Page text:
Most people often see poodles as prim and proper, and for good reason; experts often extol poodles for their overall intelligence and immediate response to training, Dr. Klein says. They make great companions for seniors because they come in three different sizes: Standard poodles are the largest at an average 70 pounds, whereas miniature poodles are just slightly larger than toy poodles. Each variety has less energy and needs less room to let loose than the next. "Poodles are eager, athletic, and wickedly smart 'real dogs' of remarkable versatility," he says.
Pomeranians rarely exceed seven pounds, which makes them easy to handle for any owner, minus their "commanding big-dog demeanor." Dr. Klein says that most pomeranians can be on the noisy side, frequently barking, as they're bred to be top-notch watch dogs, which could be an issue if you live in an apartment building or a condo complex. "Poms are active, but can be exercised with indoor play and short walks, so they are content in both the city and the suburbs."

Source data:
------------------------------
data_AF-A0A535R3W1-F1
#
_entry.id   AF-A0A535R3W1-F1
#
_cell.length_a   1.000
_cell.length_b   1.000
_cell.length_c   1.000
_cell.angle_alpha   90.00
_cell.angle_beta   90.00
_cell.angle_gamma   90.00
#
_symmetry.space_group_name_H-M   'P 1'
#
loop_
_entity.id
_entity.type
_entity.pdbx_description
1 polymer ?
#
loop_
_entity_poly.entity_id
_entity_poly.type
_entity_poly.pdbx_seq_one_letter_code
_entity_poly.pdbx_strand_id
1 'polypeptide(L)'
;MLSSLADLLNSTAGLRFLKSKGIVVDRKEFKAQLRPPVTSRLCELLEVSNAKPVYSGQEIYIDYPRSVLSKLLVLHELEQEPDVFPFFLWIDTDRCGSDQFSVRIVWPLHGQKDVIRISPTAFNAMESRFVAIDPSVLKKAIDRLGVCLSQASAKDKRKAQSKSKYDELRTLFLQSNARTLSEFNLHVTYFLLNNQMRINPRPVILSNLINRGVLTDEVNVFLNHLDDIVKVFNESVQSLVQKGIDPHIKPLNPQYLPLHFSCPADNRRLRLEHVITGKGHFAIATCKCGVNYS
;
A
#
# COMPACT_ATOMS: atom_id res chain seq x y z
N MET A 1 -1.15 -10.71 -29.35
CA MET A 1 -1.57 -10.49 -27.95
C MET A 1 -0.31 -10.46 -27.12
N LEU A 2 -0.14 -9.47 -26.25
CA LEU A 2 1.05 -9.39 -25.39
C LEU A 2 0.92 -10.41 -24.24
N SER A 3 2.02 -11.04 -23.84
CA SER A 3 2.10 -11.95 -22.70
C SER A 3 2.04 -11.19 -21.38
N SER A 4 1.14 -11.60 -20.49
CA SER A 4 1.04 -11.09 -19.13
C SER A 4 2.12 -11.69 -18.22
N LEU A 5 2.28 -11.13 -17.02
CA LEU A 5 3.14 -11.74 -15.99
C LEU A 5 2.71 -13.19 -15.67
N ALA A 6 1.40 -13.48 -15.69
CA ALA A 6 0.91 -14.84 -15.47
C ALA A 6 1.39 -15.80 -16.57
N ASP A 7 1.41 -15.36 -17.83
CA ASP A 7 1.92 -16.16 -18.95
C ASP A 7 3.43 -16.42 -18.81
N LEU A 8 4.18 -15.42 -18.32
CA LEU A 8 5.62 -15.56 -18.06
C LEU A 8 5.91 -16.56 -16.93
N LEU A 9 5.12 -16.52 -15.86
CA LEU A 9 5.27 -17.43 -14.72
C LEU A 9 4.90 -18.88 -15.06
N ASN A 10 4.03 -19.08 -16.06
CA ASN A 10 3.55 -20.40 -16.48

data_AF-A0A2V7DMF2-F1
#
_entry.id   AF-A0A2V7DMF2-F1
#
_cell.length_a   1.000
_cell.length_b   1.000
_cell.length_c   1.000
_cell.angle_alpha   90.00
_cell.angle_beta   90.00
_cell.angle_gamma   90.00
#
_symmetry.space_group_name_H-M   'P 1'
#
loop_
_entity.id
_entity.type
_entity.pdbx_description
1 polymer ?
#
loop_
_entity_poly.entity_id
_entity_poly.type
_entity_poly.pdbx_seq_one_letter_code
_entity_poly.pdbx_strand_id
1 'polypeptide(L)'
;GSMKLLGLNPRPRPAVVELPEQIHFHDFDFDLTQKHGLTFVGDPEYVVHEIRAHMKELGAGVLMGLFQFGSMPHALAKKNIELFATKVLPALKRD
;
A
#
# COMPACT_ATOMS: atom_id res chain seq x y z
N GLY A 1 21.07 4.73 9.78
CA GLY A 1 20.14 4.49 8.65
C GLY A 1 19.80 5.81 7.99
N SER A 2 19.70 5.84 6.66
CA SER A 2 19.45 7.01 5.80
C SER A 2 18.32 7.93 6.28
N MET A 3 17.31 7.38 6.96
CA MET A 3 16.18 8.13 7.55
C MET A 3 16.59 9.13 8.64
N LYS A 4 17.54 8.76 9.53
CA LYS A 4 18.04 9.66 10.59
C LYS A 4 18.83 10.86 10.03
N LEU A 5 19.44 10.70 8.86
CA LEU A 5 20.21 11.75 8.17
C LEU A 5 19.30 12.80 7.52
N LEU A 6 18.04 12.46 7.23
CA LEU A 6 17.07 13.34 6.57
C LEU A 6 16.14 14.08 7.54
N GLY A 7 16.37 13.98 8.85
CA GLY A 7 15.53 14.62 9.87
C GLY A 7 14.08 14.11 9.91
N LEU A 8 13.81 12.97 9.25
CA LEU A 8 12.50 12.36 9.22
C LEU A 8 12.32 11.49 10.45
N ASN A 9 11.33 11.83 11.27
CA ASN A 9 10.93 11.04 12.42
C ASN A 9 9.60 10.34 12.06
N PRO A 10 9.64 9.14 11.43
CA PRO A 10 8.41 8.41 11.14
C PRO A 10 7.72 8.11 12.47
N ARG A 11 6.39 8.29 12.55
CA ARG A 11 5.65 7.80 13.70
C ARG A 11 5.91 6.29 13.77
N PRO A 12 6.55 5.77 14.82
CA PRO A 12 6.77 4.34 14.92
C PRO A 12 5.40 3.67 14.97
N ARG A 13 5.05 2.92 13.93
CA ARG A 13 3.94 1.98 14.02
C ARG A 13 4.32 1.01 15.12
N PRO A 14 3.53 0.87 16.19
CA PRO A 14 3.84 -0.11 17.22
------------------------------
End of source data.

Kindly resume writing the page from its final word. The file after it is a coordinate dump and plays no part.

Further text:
Pugs are popular with dog lovers for a reason: They're devoted to their owners and love to socialize with other dogs around them. "Pug owners often say their breed is the ideal house dog," Dr. Klein says, and shares that their amicable demeanor makes them a top choice for those who have frequent visitors like grandchildren, friends, or for owners who have more than one dog.